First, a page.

Following years of debate and uncertainty regarding the potential negative health effects of artificial sweeteners, a new large-scale study has revealed that consuming these low-calorie food additives may lead to an increased cancer risk. Appearing in the journal PLOS Medicine, the new research indicates that individuals who ingest higher-than-average quantities of sweeteners are 13 percent more likely to suffer from cancer, although certain types of sugar substitutes are more strongly associated with the disease than others.
A huge number of processed food products contain sweeteners, which are designed to mimic the taste of sugar without delivering too many calories. Previous research has failed to establish a robust link between these saccharine additives and cancer, with one large study identifying a connection between table-top sweeteners and non-Hodgkin lymphoma, while another returned contradictory findings.
To settle the debate, the authors of the new study collected daily dietary diaries from 102,865 French adults over an average period of almost eight years. After adjusting for other cancer risk factors such as age, body mass index, physical activity, and fat intake, the researchers found that those who consume high quantities of sweeteners had a higher cancer incidence than non-consumers.
In particular, an artificial sweetener called aspartame was associated with a 15 percent increase in risk for all cancers, and a 22 percent increase in risk for breast cancer. Aspartame was also linked to higher rates of obesity-related cancers, while strong associations were found for another sweetener called acesulfame-K.
Strikingly, cancer rates were just as high in excessive consumers of artificial sweeteners as they were in individuals who consumed above-average amounts of sugar. According to the authors, this “suggests that artificial sweeteners and excessive sugar intake may be equally associated with cancer risk.”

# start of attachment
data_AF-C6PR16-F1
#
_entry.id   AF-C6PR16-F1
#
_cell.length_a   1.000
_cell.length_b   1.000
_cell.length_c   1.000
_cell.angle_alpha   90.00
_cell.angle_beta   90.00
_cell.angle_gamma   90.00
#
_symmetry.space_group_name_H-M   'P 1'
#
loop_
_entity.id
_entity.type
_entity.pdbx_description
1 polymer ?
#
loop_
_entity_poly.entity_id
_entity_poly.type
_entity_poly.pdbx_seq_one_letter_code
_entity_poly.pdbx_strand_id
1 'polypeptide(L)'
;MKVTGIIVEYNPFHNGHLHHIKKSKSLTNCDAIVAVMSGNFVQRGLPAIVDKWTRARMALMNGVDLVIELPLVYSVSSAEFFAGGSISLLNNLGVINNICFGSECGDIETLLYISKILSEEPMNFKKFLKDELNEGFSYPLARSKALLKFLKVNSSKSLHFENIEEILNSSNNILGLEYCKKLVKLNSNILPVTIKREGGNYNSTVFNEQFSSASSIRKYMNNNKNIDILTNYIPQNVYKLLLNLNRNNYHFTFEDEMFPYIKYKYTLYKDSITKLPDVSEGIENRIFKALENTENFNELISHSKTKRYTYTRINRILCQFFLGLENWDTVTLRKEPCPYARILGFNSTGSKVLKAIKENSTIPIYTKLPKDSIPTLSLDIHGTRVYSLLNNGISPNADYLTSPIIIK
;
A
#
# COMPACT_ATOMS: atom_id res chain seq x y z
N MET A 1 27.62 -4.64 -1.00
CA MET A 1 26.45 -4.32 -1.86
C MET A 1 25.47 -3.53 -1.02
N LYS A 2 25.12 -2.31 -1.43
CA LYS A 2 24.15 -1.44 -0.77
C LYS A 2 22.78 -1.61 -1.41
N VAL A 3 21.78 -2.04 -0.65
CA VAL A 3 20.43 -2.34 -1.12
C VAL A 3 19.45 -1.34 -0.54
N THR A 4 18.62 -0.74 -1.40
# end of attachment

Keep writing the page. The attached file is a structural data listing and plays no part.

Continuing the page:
It’s important to note, however, that this study does not provide any evidence for a causal link between sweeteners and cancer, nor does it elucidate any biological mechanism underlying the apparent association between consumption and morbidity. That said, previous in vitro research has indicated that aspartame may promote DNA damage, exacerbate inflammation and inhibit the body’s ability to destroy deleterious cells, all of which is likely to contribute to the development of cancer.
A separate study found that acesulfame-K elicits even more DNA damage than aspartame, while there is also evidence that many artificial sweeteners interfere with gut microbiota. No firm conclusions can be drawn from any of these studies, although it’s easy to see why some scientists have speculated that sugar substitutes may heighten the risk of cancer.
While artificial sweeteners are routinely added to many food products, other natural sweeteners such as stevia are also highly popular among health-conscious eaters who want to go sugar-free. The current study does not address the use of these plant-based alternatives, so the jury is still out on whether these carry any similar health risks.
From the data they’ve seen, however, the authors draw the definitive conclusion that their “findings do not support the use of artificial sweeteners as safe alternatives for sugar in foods or beverages.”